From a new paper in Nature, Scientific Reports:
Microbial communities are ubiquitous in both natural and artificial environments. However, microbial diversity is usually reduced under strong selection pressures, such as those present in habitats rich in recalcitrant or toxic compounds displaying antimicrobial properties. Caffeine is a natural alkaloid present in coffee, tea and soft drinks with well-known antibacterial properties. Here we present the first systematic analysis of coffee machine-associated bacteria. We sampled the coffee waste reservoir of ten different Nespresso machines and conducted a dynamic monitoring of the colonization process in a new machine. Our results reveal the existence of a varied bacterial community in all the machines sampled, and a rapid colonisation process of the coffee leach. The community developed from a pioneering pool of enterobacteria and other opportunistic taxa to a mature but still highly variable microbiome rich in coffee-adapted bacteria. The bacterial communities described here, for the first time, are potential drivers of biotechnologically relevant processes including decaffeination and bioremediation.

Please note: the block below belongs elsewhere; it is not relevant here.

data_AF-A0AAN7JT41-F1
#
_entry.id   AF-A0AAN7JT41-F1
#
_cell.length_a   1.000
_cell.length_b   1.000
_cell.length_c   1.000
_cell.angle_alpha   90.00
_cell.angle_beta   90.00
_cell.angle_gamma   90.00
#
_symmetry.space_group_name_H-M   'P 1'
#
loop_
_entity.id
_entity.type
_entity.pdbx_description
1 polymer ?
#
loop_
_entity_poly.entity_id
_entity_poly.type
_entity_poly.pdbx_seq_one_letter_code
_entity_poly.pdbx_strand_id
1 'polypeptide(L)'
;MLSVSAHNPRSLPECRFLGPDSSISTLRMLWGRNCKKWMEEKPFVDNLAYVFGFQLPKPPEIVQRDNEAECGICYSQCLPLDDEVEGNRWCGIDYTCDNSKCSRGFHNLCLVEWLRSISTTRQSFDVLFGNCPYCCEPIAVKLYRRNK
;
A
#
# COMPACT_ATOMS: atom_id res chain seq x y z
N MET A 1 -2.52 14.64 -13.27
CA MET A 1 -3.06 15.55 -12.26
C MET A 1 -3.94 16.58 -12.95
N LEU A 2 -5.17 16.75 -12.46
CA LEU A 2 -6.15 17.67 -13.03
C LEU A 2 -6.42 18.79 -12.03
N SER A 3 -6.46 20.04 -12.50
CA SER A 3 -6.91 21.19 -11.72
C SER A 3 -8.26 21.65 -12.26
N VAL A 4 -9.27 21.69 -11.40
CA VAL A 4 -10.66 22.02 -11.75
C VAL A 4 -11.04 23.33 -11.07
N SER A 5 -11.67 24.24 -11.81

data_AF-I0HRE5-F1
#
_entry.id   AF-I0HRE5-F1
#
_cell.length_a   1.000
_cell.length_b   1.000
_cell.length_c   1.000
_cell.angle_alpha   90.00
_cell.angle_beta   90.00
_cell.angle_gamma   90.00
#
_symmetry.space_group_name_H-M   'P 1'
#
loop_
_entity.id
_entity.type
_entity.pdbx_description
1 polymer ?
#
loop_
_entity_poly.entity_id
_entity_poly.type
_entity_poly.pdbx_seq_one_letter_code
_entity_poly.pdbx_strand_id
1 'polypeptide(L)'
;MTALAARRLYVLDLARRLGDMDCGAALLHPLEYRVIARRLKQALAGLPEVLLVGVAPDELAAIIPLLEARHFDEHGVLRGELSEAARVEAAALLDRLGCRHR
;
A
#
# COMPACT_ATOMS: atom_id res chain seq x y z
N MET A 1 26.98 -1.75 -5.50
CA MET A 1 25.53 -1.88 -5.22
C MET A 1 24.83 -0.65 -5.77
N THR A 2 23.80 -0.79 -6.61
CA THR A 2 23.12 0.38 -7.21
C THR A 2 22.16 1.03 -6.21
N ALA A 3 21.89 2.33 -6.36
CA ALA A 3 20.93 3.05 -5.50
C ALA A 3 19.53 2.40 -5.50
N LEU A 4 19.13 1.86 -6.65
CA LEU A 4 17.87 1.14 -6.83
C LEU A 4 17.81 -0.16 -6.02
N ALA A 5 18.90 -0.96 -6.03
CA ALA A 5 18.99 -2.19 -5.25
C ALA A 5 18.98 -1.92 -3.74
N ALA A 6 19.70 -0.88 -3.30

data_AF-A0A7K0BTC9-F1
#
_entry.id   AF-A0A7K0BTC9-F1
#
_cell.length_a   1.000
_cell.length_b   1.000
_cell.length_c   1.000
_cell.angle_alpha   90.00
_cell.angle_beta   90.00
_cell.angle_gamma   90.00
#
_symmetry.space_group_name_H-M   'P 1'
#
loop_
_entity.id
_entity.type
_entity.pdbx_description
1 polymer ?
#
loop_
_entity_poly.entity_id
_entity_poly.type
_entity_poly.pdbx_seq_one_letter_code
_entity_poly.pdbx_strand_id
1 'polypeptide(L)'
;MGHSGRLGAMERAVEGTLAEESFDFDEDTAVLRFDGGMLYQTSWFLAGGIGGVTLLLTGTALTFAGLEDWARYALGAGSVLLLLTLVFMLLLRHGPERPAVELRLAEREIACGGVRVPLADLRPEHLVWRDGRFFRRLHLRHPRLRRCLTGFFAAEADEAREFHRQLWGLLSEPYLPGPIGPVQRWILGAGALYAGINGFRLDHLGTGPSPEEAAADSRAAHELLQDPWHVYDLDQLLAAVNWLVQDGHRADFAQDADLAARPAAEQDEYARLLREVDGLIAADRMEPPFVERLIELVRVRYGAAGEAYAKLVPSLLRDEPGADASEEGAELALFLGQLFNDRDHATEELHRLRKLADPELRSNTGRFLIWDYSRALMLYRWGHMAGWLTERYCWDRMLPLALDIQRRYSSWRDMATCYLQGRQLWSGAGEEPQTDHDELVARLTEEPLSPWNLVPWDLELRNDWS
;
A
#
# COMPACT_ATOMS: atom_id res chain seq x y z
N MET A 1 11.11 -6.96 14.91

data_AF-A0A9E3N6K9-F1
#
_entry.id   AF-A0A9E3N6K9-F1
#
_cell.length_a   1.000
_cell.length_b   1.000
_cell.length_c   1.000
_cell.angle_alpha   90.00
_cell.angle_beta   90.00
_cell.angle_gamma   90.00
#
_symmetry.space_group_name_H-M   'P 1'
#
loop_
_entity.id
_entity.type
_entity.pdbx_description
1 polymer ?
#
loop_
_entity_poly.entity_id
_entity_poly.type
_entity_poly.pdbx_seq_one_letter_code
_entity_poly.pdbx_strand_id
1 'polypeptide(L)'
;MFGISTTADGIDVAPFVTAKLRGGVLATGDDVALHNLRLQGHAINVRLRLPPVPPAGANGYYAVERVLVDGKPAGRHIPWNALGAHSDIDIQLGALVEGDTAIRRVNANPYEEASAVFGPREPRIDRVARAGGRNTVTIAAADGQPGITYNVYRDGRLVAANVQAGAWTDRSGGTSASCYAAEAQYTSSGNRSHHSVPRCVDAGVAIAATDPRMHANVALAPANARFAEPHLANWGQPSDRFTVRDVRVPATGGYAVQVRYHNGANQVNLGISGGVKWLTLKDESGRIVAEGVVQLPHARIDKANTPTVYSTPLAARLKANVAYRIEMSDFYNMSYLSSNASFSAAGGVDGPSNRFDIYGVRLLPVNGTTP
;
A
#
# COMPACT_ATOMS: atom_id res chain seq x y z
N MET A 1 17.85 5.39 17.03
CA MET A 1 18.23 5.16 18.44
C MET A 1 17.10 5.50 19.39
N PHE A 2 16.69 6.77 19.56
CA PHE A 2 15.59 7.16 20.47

The authors note:
The presence of bacterial genera with pathogenic properties and the fast recovery of the communities after rinsing the capsule container, strongly suggest the need for frequent maintenance of the capsule container of these machines.
In related news from a few years ago, scientists in the US have genetically modified an E.coli strain so that it is ‘addicted’ to caffeine. Yes, but will E. coli prove theorems?
Hat tip: Paul Kedrosky.